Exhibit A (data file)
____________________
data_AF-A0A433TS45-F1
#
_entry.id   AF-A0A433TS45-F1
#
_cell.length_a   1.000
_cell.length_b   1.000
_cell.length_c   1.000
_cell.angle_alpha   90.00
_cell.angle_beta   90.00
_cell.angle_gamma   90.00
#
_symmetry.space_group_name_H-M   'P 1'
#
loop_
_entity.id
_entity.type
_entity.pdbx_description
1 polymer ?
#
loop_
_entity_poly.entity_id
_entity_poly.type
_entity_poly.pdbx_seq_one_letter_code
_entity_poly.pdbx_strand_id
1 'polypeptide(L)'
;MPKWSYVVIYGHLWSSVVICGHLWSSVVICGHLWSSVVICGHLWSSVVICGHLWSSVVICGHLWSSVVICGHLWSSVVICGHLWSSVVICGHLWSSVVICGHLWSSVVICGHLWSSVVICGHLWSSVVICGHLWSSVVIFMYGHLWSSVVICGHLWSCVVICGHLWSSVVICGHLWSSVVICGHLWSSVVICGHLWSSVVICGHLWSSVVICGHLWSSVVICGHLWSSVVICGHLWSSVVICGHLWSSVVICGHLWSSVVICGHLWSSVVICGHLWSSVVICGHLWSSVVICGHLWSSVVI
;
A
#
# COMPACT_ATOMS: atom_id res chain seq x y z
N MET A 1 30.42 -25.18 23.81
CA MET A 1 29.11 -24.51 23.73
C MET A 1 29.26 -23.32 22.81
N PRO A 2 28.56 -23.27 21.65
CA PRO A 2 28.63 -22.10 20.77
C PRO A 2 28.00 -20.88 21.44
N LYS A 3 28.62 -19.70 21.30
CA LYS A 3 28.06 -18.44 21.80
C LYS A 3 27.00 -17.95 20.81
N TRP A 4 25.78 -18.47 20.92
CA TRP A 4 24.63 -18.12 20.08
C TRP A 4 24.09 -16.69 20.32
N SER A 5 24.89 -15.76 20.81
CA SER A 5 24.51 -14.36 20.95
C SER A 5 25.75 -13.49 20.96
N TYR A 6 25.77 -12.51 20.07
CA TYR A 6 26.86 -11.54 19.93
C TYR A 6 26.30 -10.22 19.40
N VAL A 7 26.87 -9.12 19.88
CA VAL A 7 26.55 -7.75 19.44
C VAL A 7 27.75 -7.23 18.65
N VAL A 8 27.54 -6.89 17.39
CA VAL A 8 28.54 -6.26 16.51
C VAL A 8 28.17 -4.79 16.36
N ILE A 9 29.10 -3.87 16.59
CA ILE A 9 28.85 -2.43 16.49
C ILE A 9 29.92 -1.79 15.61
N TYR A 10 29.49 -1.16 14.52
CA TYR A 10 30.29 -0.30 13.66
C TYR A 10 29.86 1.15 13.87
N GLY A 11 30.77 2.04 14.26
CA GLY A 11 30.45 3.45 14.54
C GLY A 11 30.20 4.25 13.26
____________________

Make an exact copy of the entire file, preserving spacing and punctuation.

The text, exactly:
data_AF-A0A433TS45-F1
#
_entry.id   AF-A0A433TS45-F1
#
_cell.length_a   1.000
_cell.length_b   1.000
_cell.length_c   1.000
_cell.angle_alpha   90.00
_cell.angle_beta   90.00
_cell.angle_gamma   90.00
#
_symmetry.space_group_name_H-M   'P 1'
#
loop_
_entity.id
_entity.type
_entity.pdbx_description
1 polymer ?
#
loop_
_entity_poly.entity_id
_entity_poly.type
_entity_poly.pdbx_seq_one_letter_code
_entity_poly.pdbx_strand_id
1 'polypeptide(L)'
;MPKWSYVVIYGHLWSSVVICGHLWSSVVICGHLWSSVVICGHLWSSVVICGHLWSSVVICGHLWSSVVICGHLWSSVVICGHLWSSVVICGHLWSSVVICGHLWSSVVICGHLWSSVVICGHLWSSVVICGHLWSSVVIFMYGHLWSSVVICGHLWSCVVICGHLWSSVVICGHLWSSVVICGHLWSSVVICGHLWSSVVICGHLWSSVVICGHLWSSVVICGHLWSSVVICGHLWSSVVICGHLWSSVVICGHLWSSVVICGHLWSSVVICGHLWSSVVICGHLWSSVVICGHLWSSVVI
;
A
#
# COMPACT_ATOMS: atom_id res chain seq x y z
N MET A 1 30.42 -25.18 23.81
CA MET A 1 29.11 -24.51 23.73
C MET A 1 29.26 -23.32 22.81
N PRO A 2 28.56 -23.27 21.65
CA PRO A 2 28.63 -22.10 20.77
C PRO A 2 28.00 -20.88 21.44
N LYS A 3 28.62 -19.70 21.30
CA LYS A 3 28.06 -18.44 21.80
C LYS A 3 27.00 -17.95 20.81
N TRP A 4 25.78 -18.47 20.92
CA TRP A 4 24.63 -18.12 20.08
C TRP A 4 24.09 -16.69 20.32
N SER A 5 24.89 -15.76 20.81
CA SER A 5 24.51 -14.36 20.95
C SER A 5 25.75 -13.49 20.96
N TYR A 6 25.77 -12.51 20.07
CA TYR A 6 26.86 -11.54 19.93
C TYR A 6 26.30 -10.22 19.40
N VAL A 7 26.87 -9.12 19.88
CA VAL A 7 26.55 -7.75 19.44
C VAL A 7 27.75 -7.23 18.65
N VAL A 8 27.54 -6.89 17.39
CA VAL A 8 28.54 -6.26 16.51
C VAL A 8 28.17 -4.79 16.36
N ILE A 9 29.10 -3.87 16.59
CA ILE A 9 28.85 -2.43 16.49
C ILE A 9 29.92 -1.79 15.61
N TYR A 10 29.49 -1.16 14.52
CA TYR A 10 30.29 -0.30 13.66
C TYR A 10 29.86 1.15 13.87
N GLY A 11 30.77 2.04 14.26
CA GLY A 11 30.45 3.45 14.54
C GLY A 11 30.20 4.25 13.26